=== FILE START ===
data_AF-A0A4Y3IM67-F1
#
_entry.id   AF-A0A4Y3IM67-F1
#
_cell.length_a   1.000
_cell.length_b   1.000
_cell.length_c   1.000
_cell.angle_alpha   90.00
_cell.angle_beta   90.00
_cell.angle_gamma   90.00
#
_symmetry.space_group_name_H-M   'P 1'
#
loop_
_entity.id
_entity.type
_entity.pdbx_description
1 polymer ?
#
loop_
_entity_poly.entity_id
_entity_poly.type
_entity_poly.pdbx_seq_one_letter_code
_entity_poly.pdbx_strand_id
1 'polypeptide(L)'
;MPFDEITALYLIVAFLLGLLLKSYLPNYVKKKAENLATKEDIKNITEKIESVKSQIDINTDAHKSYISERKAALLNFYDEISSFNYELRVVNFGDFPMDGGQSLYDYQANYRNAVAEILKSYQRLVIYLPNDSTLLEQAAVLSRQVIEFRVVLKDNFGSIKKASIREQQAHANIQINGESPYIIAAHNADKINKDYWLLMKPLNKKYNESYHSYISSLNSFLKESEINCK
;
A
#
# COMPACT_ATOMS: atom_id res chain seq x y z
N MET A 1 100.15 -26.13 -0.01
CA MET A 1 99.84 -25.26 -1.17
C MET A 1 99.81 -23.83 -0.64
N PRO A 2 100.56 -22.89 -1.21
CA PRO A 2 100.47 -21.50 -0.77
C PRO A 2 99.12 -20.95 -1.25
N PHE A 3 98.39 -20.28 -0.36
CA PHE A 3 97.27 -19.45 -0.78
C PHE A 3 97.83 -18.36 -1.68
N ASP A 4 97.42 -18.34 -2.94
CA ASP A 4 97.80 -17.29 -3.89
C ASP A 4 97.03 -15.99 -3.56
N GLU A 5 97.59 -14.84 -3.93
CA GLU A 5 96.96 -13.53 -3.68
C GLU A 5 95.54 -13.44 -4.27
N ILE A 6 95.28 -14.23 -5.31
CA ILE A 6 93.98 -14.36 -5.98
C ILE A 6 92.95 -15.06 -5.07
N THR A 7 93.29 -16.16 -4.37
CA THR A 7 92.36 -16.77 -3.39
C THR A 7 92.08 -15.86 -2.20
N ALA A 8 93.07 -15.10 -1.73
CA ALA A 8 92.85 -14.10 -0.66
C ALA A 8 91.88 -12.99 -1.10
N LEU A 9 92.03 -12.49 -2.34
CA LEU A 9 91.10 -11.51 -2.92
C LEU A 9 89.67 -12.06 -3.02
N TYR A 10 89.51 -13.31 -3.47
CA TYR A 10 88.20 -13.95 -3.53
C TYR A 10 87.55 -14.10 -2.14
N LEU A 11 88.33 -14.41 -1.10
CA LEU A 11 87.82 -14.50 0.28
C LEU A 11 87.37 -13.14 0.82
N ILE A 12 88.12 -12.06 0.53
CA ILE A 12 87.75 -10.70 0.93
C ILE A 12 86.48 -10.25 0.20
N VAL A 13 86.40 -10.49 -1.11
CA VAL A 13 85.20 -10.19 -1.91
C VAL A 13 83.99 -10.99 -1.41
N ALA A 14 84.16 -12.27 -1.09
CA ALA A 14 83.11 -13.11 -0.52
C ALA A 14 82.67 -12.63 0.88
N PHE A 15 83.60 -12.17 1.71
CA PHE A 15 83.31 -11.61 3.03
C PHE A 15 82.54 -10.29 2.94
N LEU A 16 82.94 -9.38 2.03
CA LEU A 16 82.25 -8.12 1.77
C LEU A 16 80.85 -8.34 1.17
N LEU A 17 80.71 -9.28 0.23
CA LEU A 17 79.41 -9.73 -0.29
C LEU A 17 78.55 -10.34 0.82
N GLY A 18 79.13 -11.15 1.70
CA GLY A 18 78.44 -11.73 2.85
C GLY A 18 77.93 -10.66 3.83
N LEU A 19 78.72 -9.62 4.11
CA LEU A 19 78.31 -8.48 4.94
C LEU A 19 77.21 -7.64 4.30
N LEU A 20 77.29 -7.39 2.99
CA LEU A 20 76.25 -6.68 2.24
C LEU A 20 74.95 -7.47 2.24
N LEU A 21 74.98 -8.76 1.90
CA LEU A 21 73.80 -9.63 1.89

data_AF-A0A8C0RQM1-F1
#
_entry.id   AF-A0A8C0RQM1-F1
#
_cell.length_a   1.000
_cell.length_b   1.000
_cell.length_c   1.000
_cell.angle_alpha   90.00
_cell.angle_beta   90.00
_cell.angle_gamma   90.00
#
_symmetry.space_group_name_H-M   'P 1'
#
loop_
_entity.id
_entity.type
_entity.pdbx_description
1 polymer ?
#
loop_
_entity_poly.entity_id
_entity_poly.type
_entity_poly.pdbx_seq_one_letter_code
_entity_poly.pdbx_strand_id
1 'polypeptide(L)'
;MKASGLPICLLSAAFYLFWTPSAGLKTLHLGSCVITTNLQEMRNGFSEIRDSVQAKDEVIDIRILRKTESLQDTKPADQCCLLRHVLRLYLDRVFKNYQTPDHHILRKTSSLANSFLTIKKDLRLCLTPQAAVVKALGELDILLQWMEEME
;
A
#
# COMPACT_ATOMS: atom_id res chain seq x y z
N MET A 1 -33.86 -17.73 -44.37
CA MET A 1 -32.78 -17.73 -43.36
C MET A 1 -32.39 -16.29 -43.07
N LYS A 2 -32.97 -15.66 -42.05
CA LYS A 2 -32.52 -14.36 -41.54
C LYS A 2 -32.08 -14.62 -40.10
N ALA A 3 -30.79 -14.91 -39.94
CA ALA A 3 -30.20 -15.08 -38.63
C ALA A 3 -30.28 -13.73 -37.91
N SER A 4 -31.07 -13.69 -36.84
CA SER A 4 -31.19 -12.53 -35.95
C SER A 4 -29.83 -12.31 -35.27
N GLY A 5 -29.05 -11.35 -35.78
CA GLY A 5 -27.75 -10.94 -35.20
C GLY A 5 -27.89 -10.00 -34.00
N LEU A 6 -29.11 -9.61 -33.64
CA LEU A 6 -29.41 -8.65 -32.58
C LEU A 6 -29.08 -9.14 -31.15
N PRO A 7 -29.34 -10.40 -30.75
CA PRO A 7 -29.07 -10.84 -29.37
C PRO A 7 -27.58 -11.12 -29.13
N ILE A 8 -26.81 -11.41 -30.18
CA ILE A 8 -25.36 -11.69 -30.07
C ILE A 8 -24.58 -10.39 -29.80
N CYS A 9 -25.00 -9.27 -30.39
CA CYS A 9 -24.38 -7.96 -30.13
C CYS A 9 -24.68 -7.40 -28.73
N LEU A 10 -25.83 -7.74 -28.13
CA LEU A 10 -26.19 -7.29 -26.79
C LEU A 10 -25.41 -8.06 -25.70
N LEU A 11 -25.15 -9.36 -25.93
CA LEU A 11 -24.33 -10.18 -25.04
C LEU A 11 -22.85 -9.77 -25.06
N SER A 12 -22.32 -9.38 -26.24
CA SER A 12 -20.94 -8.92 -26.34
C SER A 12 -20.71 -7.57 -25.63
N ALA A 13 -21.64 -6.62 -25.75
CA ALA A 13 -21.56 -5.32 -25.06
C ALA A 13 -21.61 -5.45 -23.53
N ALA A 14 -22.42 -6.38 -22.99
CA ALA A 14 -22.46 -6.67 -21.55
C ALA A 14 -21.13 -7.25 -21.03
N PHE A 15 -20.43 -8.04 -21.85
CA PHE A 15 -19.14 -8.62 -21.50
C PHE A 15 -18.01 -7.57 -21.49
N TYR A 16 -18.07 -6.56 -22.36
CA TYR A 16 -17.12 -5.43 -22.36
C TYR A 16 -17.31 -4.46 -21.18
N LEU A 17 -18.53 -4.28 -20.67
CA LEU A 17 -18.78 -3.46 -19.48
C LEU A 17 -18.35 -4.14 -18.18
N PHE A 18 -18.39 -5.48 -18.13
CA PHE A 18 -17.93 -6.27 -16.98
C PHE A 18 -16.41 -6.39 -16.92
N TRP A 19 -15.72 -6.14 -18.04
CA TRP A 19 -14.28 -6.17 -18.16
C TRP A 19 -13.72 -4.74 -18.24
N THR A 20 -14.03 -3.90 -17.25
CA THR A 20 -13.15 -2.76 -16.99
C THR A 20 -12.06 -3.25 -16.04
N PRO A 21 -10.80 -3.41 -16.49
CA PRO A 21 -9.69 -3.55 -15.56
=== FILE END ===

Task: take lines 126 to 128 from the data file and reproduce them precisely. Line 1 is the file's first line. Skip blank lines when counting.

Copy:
N LYS A 2 -32.97 -15.66 -42.05
CA LYS A 2 -32.52 -14.36 -41.54
C LYS A 2 -32.08 -14.62 -40.10